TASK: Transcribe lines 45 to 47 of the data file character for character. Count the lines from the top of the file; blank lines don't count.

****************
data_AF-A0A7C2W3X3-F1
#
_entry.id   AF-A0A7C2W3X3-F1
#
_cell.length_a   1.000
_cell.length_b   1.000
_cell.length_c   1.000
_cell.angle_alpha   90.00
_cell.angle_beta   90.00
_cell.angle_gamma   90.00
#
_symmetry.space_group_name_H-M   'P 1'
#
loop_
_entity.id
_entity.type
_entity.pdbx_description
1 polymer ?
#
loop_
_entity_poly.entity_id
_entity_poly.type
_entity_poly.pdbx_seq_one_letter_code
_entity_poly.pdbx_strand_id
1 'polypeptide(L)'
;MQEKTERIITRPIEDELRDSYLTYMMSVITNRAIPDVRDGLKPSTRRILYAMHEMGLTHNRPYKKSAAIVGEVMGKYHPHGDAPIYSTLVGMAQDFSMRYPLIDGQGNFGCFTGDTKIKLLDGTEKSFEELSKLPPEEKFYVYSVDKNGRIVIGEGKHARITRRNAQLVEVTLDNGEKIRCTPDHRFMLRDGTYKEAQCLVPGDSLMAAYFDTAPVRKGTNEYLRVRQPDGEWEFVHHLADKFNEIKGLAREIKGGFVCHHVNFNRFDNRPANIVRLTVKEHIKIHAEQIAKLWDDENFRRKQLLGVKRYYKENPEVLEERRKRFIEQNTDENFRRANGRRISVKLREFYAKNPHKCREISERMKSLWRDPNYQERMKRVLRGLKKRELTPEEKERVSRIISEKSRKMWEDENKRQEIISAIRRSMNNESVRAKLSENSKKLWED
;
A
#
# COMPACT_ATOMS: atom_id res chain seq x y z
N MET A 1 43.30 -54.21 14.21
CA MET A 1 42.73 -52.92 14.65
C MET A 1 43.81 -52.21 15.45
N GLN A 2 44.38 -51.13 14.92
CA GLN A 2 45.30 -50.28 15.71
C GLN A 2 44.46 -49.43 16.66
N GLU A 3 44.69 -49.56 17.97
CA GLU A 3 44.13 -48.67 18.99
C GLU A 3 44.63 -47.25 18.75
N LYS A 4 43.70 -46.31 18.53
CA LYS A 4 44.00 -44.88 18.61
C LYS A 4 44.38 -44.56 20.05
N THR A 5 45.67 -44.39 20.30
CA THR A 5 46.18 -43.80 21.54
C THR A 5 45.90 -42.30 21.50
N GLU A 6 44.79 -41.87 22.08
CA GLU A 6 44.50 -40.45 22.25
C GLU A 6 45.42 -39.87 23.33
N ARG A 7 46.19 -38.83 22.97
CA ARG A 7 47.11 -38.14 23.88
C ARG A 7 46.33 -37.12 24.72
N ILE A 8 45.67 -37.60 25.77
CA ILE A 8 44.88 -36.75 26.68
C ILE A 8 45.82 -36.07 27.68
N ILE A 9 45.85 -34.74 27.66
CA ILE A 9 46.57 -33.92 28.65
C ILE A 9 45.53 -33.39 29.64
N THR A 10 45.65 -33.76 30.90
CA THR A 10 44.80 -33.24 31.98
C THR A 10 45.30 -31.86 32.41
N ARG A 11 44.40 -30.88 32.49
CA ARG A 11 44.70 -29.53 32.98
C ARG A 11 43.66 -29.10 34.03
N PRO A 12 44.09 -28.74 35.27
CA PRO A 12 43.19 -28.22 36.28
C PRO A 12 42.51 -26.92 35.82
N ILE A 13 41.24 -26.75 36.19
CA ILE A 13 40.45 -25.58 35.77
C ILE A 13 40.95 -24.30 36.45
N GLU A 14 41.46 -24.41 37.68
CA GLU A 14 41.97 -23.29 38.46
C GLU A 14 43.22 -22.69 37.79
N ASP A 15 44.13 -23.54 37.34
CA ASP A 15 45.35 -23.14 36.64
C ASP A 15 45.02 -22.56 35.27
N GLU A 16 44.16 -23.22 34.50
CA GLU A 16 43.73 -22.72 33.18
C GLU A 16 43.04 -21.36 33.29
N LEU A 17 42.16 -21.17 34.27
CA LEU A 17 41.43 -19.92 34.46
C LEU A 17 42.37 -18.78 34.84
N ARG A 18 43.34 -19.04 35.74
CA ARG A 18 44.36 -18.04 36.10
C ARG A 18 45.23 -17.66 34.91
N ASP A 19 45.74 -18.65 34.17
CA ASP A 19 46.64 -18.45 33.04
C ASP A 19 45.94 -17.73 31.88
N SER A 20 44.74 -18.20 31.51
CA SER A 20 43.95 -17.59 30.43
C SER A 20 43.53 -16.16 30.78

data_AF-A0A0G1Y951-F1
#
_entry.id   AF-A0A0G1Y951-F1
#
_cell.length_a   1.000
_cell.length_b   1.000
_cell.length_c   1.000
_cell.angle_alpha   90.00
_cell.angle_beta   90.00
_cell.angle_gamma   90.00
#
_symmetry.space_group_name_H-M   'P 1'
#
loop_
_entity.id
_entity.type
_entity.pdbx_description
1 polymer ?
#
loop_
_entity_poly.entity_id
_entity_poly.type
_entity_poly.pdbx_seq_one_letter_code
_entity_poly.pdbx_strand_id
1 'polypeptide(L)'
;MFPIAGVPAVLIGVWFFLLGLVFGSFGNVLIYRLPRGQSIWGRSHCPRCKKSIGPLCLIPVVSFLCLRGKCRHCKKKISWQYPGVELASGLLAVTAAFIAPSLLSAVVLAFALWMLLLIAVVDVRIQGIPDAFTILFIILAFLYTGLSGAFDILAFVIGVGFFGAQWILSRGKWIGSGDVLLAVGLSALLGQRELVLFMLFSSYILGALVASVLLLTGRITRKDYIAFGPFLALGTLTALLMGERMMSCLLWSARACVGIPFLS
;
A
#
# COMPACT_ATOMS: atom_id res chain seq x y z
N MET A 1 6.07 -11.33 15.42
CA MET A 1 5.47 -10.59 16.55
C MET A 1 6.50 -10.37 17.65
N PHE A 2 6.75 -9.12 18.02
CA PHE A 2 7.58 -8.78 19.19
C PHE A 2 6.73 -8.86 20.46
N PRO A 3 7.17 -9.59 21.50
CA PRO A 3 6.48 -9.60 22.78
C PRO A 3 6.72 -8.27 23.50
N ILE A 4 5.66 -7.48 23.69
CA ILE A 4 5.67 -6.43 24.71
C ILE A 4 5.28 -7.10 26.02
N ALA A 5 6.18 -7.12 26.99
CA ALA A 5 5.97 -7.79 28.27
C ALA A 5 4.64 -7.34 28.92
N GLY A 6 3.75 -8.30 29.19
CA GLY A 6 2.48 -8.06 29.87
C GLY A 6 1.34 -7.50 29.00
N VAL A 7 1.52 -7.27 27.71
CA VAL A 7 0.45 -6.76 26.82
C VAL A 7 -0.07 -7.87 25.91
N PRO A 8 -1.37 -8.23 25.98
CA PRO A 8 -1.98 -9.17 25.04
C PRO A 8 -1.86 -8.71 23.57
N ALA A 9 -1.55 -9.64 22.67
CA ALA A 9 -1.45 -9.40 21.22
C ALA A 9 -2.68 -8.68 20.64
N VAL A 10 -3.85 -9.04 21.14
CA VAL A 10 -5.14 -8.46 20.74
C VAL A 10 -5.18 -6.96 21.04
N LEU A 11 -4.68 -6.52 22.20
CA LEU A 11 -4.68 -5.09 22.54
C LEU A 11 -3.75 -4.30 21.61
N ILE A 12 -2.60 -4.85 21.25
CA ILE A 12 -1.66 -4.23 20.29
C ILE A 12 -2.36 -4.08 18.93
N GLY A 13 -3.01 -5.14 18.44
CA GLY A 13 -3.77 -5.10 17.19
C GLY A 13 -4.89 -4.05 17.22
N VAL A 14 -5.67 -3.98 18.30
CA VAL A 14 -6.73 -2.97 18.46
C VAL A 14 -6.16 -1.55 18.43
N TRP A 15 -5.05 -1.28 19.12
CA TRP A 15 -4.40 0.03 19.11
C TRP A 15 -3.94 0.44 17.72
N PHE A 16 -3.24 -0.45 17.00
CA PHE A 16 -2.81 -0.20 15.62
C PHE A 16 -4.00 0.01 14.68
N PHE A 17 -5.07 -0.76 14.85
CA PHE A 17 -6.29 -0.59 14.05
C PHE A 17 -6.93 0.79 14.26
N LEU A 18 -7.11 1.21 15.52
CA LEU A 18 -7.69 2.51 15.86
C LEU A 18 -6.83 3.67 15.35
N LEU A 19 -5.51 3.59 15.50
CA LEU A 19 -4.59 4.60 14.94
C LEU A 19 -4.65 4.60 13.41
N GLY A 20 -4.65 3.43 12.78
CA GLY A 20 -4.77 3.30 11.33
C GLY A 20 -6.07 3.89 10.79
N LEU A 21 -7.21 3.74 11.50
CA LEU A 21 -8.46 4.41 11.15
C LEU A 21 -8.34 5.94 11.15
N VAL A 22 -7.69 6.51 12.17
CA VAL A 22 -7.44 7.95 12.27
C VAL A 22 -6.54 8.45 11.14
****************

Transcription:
C THR A 5 45.90 -42.30 21.50
N GLU A 6 44.79 -41.87 22.08
CA GLU A 6 44.50 -40.45 22.25